If traffic needs to get from the freeway to St Kilda/South Melb, particularly the latter, it should be on the toll road, and through the tunnel, and then via Kingsway to where it’s going, bypassing the activity centres such as High Street and Toorak Road completely.

Perhaps the answer is such measures as traffic light sequences at Toorak Rd/Glenferrie and other intersections that are very unfavourable to westbound traffic. Let them queue a few times and they’ll learn to find another way.

The thing that bothers me with the idea of different uses at different times, is that it is simply impossible to segregate traffic demands by time.
What I am suspicious of, is that adopting this plan will lead to outrageous new rules. For example, turning off all signalised pedestrian crossings on some main roads between 7 and 9 AM, because the cars have priority then.

I think what Enno was saying is that it is ludicrous, but then Govt departments have a nasty habit of making ludicrous into reality.

Example: the ban in 1998 (since overturned) on statistics on school/student performance – schools need this info to address problems.

Example 2: letting anybody that feels like it call themselves an Aboriginal.

Example 3: Charging detention fees to illegal immigrants (a huge failure, as predicted, and something they don’t do to real criminals).


Well I agree its “ludicrous”, but what is this plan all about really ? Do they think they can manage the demand for trucks, cars, public transport and pedestrians at different times of the day ?? How would that work, exactly?

There is already a road hierarchy of freeways, highways, arterial roads, back streets, and so on. Are they going to re-invent this in some “smart” way that nobody has thought of yet ?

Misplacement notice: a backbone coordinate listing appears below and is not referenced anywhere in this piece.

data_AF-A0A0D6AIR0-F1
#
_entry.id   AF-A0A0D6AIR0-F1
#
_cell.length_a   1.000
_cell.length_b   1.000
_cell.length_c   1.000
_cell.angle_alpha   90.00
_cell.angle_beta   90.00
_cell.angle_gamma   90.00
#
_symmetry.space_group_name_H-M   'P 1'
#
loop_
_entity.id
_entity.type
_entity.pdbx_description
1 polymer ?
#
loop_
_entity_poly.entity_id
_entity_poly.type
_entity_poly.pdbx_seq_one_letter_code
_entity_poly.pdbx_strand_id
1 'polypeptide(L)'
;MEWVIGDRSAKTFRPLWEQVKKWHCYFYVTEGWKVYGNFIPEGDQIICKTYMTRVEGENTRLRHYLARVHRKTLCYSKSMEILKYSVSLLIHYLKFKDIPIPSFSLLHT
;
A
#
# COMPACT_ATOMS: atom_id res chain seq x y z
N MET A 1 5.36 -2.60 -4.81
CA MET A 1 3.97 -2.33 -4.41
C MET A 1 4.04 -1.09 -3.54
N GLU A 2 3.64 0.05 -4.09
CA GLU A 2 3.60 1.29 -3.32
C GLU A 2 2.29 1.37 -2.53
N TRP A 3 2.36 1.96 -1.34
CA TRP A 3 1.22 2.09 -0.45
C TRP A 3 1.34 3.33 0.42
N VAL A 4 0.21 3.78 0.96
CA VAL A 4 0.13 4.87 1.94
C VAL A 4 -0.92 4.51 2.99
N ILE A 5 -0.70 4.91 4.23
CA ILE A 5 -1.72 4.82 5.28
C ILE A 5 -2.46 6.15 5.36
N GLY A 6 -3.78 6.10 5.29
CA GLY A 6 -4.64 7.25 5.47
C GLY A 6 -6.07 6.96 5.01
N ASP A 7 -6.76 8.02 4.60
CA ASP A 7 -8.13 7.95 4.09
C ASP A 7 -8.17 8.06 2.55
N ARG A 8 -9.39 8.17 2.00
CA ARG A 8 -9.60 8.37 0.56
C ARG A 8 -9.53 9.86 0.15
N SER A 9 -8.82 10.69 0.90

Ideas like clearways during peak hour through shopping streets on main roads, different road tolling, these are neither new nor smart ideas. Indeed they are becoming less smart, for example as clearway rules are being made more uniform between different places, in spite of the obvious fact that not all places have peak hours at exactly the same time or in the same way.

Given their track record, I don’t think it is ludicrous to be suspicious of the State road authorities and their shady links with dodgy financiers and dodgy construction companies. An announcement that they are going to “manage” demands for road space looks deeply suspicious to me. Since the well-connected large transport companies will never wear restrictions aimed at keeping them out of peak hour traffic, I strongly suspect this is a plan to squeeze more cars onto the existing roads, by a more extensive clearway system and measures hostile to pedestrians and cyclists.

Herschel sent me a correction to one of his comments above:

hi Daniel, On your blog i referred to diverting traffic from the M1 along High St.. That was a mistake. The only turn offs are Warrigal Rd, Burke rd, Toorak Rd , Burnely. I stand corrected. High St does not have a north bound turn off.